What’s more, we’re brutally honest with ourselves and the rest of the country about the hobo clothes we’re forced to wear. “New Brunswick is one of the jurisdictions where you can clearly find comparable numbers,” Mr. Busby says. “You simply find what the budget promises were and then find the numbers in the public accounts and compare them. That’s a positive story for New Brunswick.”

Still, he adds, “When it comes to spending overruns and the ability to hit budget targets, either overshooting or undershooting (New Brunswick) is not in the range of Ontario and the federal government who have done a significantly better job in terms of holding to what they promised in their spring budgets.”

Here’s how the numbers shake out: Over the past 10 years, cumulative overruns, expressed as fractions of 2013/14 budgeted spending, were highest in Saskatchewan (36 per cent), Alberta (26 per cent) and Manitoba (22 per cent), lowest in Canada, overall (one per cent), Ontario (five per cent) and Nova Scotia (seven per cent).

New Brunswick overspent by $1.2 billion over the past decade, which is bad. On the other hand, averaged out over the period, we came in less than 15 per cent off our annual targeted goals, which is good. Sort of.

For a finance minister, there is, I’m guessing, a certain comfort in knowing, with any degree of accuracy, just how badly off your jurisdiction is in the scheme of things. It’s a little like being sentenced to an indeterminate jail term. At least you know you have a cot; let’s just hope your bunk buddies in the bond market aren’t complete psychos.

But, in the larger context, how instructive or useful are these sort of statistical parlour games?

That New Brunswick manages to “present well” is vastly less important than its moribund economy, the structural instability of which makes accurate budget forecasting a near impossibility (a fact which suggests that the province’s reasonably fair reporting record is more a function of good luck than good prognostication).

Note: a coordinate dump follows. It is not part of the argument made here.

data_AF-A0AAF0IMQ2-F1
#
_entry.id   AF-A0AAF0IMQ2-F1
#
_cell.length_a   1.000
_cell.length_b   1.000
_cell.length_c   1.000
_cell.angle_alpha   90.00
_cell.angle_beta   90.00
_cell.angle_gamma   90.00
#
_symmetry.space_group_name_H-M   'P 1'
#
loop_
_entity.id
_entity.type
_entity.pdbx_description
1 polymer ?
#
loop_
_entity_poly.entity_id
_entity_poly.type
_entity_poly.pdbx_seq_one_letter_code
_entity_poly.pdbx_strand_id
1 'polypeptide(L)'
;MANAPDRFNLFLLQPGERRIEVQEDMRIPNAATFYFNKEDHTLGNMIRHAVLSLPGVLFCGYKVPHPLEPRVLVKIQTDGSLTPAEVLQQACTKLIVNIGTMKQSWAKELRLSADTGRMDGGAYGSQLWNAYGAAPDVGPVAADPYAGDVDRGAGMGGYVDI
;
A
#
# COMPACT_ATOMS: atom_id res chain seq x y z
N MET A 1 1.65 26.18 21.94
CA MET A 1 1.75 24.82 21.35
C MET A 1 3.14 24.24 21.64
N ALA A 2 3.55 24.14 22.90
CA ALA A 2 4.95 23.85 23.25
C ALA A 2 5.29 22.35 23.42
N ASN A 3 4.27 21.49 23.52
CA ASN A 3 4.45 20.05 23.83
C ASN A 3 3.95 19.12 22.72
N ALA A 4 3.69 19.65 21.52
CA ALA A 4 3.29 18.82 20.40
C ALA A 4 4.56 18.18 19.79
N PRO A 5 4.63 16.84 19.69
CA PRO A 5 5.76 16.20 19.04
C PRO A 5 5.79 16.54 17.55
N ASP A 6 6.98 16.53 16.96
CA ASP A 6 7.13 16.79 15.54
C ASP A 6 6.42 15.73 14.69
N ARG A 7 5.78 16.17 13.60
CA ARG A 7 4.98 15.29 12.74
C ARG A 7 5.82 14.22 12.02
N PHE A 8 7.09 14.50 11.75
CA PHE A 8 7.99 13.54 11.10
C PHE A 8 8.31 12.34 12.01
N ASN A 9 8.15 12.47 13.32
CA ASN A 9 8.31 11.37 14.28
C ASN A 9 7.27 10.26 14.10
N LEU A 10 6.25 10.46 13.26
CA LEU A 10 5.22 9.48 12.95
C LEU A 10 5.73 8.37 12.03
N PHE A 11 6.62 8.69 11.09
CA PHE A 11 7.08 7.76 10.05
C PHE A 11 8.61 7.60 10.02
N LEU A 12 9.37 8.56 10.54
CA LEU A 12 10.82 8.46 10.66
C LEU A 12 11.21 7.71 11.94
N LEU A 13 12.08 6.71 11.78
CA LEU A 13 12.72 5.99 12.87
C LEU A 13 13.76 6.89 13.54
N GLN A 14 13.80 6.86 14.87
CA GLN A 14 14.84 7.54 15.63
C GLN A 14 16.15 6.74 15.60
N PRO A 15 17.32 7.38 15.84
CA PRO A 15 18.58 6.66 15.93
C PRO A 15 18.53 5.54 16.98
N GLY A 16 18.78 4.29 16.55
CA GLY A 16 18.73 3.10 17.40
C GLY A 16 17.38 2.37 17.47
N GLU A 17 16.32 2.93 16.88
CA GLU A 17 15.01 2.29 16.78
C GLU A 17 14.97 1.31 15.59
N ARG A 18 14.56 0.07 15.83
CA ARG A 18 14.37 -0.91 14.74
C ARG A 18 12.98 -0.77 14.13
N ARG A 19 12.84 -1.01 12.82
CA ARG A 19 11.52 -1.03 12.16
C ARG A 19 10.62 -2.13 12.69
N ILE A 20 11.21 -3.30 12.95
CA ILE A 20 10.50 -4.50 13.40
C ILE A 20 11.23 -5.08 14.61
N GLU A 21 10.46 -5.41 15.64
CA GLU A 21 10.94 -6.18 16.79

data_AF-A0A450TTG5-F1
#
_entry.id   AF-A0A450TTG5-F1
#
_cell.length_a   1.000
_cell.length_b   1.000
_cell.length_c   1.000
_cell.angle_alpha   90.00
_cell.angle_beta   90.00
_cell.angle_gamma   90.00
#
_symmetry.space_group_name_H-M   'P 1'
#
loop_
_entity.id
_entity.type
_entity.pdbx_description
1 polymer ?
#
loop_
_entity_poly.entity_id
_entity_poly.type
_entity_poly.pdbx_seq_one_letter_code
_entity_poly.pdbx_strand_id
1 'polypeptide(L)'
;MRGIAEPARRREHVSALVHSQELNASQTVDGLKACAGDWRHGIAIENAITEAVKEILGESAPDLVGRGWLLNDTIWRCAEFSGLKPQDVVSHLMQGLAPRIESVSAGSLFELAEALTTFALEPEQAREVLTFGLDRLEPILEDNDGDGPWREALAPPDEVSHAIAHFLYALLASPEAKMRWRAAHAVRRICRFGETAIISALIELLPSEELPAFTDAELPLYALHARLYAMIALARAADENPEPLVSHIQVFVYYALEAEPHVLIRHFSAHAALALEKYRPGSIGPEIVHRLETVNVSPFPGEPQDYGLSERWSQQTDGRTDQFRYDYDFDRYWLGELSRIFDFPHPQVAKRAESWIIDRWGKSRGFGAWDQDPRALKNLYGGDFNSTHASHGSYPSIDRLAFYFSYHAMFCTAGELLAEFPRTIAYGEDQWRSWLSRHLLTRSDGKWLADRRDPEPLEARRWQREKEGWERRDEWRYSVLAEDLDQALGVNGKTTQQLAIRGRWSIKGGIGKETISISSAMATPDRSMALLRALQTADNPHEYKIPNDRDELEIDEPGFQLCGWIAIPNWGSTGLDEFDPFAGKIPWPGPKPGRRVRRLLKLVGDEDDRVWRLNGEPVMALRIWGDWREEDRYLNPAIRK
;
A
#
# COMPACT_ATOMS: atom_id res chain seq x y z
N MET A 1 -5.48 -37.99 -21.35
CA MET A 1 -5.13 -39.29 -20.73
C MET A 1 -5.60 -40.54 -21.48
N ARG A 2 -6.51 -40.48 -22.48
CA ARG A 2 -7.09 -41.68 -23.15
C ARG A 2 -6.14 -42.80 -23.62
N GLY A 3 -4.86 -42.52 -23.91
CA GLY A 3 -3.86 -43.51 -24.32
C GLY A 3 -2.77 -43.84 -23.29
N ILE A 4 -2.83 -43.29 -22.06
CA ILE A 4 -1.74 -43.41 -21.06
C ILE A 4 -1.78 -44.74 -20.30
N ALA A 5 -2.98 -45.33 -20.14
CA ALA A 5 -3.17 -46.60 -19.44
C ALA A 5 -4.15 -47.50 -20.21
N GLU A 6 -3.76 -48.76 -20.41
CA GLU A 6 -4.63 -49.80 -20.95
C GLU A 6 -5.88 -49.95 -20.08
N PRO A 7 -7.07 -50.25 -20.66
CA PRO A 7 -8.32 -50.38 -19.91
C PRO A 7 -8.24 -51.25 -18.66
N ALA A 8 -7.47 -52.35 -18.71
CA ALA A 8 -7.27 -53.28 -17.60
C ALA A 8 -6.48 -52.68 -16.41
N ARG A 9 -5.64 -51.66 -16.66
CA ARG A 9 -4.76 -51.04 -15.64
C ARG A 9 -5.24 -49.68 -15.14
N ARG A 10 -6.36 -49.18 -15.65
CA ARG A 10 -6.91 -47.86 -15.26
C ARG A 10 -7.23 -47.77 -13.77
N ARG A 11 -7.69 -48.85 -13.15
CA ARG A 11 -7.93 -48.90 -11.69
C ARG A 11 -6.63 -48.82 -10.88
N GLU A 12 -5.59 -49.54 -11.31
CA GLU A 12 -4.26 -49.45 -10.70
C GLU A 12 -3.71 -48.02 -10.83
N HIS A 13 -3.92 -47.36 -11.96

Meanwhile, the Conference Board of Canada forecasts continued stormy economic weather for the province. “Prospects for New Brunswick’s economy will remain dim for at least one more year,” it said in its revised winter outlook earlier this month. “Cuts in the potash industry, and the closing of the Maple Leaf Food plant in Moncton, will limit economic growth to 0.8 per cent in 2014.”

How will this affect the next round of budget promises?

An even more intriguing question is whether a fully functioning shale gas industry, which should make us all filthy rich, will also make our elected officials filthy liars, though through no fault of their own.

The C.D. Howe Report notes the paradox common to provinces rich in natural resources: Their budgets are even farther from target than are those of patently poor provinces, such as New Brunswick. Economic instability, it seems, cuts both ways.

“Jurisdictions that are more dependent on natural resources showed sizable positive revenue biases: Saskatchewan, Newfoundland and labrador and Alberta all had biases of eight to 10 per cent,” the Institute noted. The natural-resource dependent jurisdictions that more affected by commodity-price swings also had low accuracy scores.”

So, then, the more money a jurisdiction has sloshing around in oil and gas wells, the less veracious are its budget forecasts.

What a delicious irony.

Still, if I had to choose, I’d rather the province I call home be recognized for the power of its industry, than the accuracy of its numbers-crunchers.